Alistair Darling will have to plug a £20bn-plus "black hole" in Britain's public finances when he presents his pre-Budget report next month. Expert analysis of the latest figures shows that the public sector deficit could soon approach £100bn – the biggest since the Second World War.
Public sector net borrowing reached £10.4bn in June, the Office for National Statistics said yesterday, putting the deficit well on course to hit £60bn or more this year, against a forecast of £43bn in the Chancellor's last Budget. So far this fiscal year, public borrowing has been running at about 70 per cent, or £2.3bn a month, above last year's levels. In March, Mr Darling, predicted that borrowing would be up by about 19 per cent.
Philip Shaw, a UK economist at Investec, said: "Public finances are in awful shape and, with the economy falling into recession, the deficit will surely deteriorate further next year. At some point this will have to be addressed. No one is pretending taxes will rise or spending will be slashed at any time soon, at least not before the election, but the day of reckoning is waiting in the wings."
This reinforces the impression that the Chancellor will have to suspend or modify the fiscal rules. But in remarks to MPs last week the Bank of England Governor, Mervyn King, issued a thinly veiled threat to the Treasury that a devalued fiscal framework would push up interest rates.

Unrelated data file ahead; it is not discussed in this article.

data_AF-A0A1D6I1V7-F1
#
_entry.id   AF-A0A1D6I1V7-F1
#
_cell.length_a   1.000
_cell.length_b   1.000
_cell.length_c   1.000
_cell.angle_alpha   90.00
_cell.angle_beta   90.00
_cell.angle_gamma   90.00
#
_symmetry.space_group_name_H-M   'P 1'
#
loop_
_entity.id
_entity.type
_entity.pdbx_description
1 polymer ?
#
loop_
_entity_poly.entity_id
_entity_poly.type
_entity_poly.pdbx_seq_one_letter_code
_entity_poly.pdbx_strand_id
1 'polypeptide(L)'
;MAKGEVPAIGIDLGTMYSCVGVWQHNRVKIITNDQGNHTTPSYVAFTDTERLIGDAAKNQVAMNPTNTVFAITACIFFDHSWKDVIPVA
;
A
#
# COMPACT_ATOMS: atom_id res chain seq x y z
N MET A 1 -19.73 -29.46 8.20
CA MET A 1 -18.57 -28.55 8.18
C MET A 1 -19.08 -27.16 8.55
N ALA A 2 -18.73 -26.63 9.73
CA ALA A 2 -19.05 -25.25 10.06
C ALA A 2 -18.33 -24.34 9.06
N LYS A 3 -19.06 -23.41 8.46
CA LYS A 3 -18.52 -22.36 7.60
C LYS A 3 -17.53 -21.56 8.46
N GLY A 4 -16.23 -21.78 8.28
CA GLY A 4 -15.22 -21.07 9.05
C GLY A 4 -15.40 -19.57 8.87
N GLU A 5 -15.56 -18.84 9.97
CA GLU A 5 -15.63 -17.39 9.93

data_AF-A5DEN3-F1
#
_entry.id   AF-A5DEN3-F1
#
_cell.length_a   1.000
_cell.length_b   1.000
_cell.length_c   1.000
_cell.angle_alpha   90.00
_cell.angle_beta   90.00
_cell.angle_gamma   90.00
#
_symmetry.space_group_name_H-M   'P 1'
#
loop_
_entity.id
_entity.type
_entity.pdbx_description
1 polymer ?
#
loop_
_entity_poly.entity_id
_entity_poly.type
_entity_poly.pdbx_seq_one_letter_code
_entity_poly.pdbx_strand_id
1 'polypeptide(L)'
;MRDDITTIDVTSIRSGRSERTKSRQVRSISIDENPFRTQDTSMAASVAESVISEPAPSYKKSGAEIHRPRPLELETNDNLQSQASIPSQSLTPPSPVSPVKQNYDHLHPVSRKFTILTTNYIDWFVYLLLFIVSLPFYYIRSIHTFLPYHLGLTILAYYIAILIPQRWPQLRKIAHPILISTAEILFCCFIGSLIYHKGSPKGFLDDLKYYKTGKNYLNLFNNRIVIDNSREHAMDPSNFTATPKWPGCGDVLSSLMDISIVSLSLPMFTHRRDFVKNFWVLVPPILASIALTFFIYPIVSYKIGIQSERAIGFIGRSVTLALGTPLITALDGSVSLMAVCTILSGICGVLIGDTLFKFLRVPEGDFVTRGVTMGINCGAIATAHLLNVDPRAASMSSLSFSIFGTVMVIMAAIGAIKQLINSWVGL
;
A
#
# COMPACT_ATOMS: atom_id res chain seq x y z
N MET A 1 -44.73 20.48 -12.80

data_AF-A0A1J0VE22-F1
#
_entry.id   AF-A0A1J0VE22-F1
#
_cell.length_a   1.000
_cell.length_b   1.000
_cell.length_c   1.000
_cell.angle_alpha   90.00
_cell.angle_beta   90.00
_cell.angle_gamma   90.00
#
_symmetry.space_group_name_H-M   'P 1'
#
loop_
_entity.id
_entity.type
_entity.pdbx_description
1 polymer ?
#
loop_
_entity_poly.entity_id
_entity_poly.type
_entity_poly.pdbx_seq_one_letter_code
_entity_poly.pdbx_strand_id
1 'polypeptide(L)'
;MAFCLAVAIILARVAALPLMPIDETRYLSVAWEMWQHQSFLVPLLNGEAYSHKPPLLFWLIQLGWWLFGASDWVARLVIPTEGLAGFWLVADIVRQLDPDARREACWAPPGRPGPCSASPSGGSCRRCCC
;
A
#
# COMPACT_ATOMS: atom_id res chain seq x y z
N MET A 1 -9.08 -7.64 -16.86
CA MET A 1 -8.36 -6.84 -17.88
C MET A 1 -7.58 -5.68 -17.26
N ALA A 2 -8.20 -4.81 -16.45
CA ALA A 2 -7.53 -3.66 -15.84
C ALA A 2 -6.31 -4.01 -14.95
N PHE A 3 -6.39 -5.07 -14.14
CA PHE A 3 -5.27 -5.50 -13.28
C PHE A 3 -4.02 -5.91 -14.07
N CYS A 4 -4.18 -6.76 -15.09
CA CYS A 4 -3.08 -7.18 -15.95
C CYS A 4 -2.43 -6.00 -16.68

Some City economists were even more gloomy. Michael Saunders, of Citi European Economics, said: " Our forecast is for the deficit to rise to about £95bn (6.0 per cent of GDP) in 2010/11. Such large deficits could well become a source of instability in coming years, and further undermine the credibility of the UK's commitment to economic stability. Any significant fiscal slippage could easily push the deficit back to the crisis levels reached in 1975/76 (7.0 per cent of GDP) and 1993/94 (7.8 per cent of GDP)."
The deteriorating situation, particularly in the finance and property markets, has seen tax revenues grow less strongly than expected, notably from stamp duties, while public spending continues to rise by more than was forecast. Recent tax concessions and the impact of the Northern Rock collapse have complicated matters further. General government spending over the first five months of 2008-09 was 6.4 per cent higher than in the same period a year earlier, against a Budget forecast of 5.3 per cent.
Carl Emmerson, deputy director of the Institute for Fiscal Studies, added: "Public sector net debt, even excluding the impact of Northern Rock, is likely to break decisively through the Government's ceiling of 40 per cent of national income. The more borrowing persists, the bigger the tax raising measures and cuts in public spending plans that would be required to get the public finances back into good shape."Reuse content